Cover

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Frontmatter

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Contents

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p. vii

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Preface

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pp. ix-13

Anthropological thought long saw blood sacrifice as a kind of enigma, one it endeavored to solve, but without success. It then told itself that sacrifice in general, sacrifice as such, perhaps does not exist. The hypothesis of a conceptual illusion is legitimate as a hypothesis, but during the second half of the twentieth century it hardened into a dogma all the more intolerant for believing itself triumphant over Western intolerance, over our intellectual imperialism. ...

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Ch.1: Sacrifice in the Vedic Tradition

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pp. 1-29

After some hesitation, at the end of the nineteenth and beginning of the twentieth century anthropology turned resolutely to the study of individual cultures. Researchers began to take very seriously the differences between cultures, but without renouncing the great theoretical questions that presuppose the unity of man. They believed that beyond the archaic cults, each different from the others, there was the enigma of ...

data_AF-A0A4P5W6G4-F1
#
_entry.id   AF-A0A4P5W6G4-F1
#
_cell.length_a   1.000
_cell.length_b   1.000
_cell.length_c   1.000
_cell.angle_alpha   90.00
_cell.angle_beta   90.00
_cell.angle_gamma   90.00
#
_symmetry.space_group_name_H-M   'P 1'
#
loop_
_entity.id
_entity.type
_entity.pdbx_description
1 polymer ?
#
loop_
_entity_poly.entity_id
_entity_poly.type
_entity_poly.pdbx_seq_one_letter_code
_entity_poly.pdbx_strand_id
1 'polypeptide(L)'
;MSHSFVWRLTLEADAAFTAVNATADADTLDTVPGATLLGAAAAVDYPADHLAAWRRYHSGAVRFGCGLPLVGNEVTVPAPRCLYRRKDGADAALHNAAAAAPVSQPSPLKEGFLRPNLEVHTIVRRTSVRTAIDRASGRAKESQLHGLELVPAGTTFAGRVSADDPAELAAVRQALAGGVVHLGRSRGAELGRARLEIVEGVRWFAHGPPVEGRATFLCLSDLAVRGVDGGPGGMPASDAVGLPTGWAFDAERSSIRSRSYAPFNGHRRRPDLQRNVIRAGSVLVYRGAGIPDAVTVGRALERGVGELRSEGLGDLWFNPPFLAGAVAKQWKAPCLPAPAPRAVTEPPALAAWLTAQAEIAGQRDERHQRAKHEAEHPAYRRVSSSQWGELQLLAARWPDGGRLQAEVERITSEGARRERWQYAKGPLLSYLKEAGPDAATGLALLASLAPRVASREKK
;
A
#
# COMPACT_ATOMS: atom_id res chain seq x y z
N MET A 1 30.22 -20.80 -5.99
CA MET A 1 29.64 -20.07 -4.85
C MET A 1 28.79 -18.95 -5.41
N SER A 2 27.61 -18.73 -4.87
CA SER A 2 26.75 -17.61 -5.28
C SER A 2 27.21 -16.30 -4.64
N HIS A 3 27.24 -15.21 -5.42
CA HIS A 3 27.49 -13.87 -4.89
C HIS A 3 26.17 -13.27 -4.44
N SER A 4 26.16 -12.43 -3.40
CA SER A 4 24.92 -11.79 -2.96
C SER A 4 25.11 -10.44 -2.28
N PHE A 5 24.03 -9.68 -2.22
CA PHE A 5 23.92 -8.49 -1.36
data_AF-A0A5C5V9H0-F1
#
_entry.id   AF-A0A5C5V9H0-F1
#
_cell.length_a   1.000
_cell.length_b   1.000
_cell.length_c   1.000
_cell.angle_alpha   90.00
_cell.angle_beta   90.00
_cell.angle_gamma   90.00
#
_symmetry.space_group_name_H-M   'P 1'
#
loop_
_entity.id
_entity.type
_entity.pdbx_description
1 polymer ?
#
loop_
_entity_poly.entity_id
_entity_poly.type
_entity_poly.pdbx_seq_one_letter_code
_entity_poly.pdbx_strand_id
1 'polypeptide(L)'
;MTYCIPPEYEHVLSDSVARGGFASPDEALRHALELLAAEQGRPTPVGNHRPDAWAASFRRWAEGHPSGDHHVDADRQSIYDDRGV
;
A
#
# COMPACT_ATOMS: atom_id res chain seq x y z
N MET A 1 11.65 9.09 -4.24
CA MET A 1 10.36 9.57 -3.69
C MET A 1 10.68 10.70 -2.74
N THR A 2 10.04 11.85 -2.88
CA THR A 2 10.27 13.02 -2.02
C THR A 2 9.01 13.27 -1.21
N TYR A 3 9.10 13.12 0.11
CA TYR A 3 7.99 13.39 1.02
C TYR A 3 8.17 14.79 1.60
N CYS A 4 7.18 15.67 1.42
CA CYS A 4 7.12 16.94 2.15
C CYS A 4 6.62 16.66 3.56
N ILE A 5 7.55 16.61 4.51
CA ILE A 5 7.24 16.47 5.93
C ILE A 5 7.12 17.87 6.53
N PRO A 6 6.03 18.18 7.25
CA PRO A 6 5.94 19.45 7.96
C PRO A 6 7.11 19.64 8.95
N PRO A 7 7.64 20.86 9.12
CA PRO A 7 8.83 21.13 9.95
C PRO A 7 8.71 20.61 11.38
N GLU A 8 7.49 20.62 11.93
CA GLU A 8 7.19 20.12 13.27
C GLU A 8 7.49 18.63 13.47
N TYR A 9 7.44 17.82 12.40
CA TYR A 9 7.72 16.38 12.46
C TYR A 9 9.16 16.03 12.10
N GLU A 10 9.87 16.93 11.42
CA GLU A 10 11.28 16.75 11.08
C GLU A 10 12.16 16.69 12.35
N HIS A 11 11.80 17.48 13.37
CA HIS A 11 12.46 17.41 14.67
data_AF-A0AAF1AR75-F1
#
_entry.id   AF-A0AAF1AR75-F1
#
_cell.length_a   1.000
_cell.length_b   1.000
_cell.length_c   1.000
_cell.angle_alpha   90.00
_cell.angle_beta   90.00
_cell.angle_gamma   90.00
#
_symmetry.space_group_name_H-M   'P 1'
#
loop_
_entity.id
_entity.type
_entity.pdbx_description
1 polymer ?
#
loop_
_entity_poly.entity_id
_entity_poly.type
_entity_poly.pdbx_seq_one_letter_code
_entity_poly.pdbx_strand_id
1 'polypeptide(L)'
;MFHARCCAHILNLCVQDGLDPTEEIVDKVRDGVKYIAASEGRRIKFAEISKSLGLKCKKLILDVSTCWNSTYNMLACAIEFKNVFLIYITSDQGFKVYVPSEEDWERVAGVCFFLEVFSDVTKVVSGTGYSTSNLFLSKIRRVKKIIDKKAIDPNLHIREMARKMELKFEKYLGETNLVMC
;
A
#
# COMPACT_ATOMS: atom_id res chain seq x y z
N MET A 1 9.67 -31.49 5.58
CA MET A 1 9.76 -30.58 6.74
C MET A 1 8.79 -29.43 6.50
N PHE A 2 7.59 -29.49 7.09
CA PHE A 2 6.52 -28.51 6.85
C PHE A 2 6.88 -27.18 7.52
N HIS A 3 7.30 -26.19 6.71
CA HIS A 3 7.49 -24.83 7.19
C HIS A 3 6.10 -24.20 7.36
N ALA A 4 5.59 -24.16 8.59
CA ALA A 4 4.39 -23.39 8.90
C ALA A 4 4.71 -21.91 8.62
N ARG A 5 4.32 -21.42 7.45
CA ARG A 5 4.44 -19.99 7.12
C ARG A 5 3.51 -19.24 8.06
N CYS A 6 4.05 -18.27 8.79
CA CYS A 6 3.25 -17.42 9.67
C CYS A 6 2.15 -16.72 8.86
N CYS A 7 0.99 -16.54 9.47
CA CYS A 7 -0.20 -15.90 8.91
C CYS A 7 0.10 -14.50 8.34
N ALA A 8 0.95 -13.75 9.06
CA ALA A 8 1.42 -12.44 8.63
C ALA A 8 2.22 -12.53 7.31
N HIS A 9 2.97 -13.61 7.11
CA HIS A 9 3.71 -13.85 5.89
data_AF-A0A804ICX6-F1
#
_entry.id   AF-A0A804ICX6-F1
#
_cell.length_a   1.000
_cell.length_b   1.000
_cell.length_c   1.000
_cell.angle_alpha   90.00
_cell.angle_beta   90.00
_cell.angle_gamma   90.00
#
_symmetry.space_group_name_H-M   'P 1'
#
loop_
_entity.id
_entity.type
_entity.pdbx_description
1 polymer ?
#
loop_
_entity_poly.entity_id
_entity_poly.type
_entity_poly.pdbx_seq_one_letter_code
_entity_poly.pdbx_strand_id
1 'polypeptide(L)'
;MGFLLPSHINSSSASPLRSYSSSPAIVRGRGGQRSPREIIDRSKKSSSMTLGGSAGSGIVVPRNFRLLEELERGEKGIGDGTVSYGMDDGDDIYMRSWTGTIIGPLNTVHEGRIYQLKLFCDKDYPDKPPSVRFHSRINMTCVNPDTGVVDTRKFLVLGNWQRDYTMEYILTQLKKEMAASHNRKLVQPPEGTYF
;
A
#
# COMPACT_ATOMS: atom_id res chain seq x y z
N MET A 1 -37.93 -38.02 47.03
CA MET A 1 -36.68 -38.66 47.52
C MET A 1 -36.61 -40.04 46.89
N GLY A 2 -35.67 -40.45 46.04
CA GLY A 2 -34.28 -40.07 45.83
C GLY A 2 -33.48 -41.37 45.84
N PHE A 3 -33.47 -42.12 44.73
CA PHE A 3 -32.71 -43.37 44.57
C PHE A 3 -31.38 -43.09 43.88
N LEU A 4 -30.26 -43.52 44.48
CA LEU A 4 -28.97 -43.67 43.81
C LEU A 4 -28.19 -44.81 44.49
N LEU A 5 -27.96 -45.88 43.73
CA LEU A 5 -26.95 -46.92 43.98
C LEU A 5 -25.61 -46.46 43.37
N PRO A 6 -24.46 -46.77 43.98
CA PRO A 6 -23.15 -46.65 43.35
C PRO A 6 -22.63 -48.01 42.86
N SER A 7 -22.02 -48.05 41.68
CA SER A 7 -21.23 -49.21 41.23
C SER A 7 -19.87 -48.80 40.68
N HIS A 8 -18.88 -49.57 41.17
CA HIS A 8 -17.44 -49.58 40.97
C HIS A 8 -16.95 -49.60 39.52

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Ch.2: The Founding Myths of Vedic Sacrifice

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pp. 30-61

In my first lecture, I spoke of the nearly obligatory prelude to sacrifice—the rivalries of the gods and demons in the Brahmanas, the great Vedic commentaries on sacrifice. These rivalries are the reciprocal imitations of desire. They are therefore mimetic in the sense given this term by mimetic theory and so, at the moment of paroxysm, these rivalries spontaneously engender the sacrifice that interrupts them. ...

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Ch. 3: Sacrifice Revealed in the Biblical and Vedic Religions

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pp. 62-98

In my first two lectures, I found in the Brahmanas the phenomenon of the scapegoat, which is the basis for my theory of sacrifice. The phenomenon is sparked when mimetic rivalries reach their paroxysm and fasten suddenly on a single victim. The unanimous execration and destruction of a pseudo- enemy reconciles the community at the relatively modest cost of a single victim. The phenomenon is all the more valuable insofar as communities succeed in reproducing it using ...

Notes

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pp. 97-103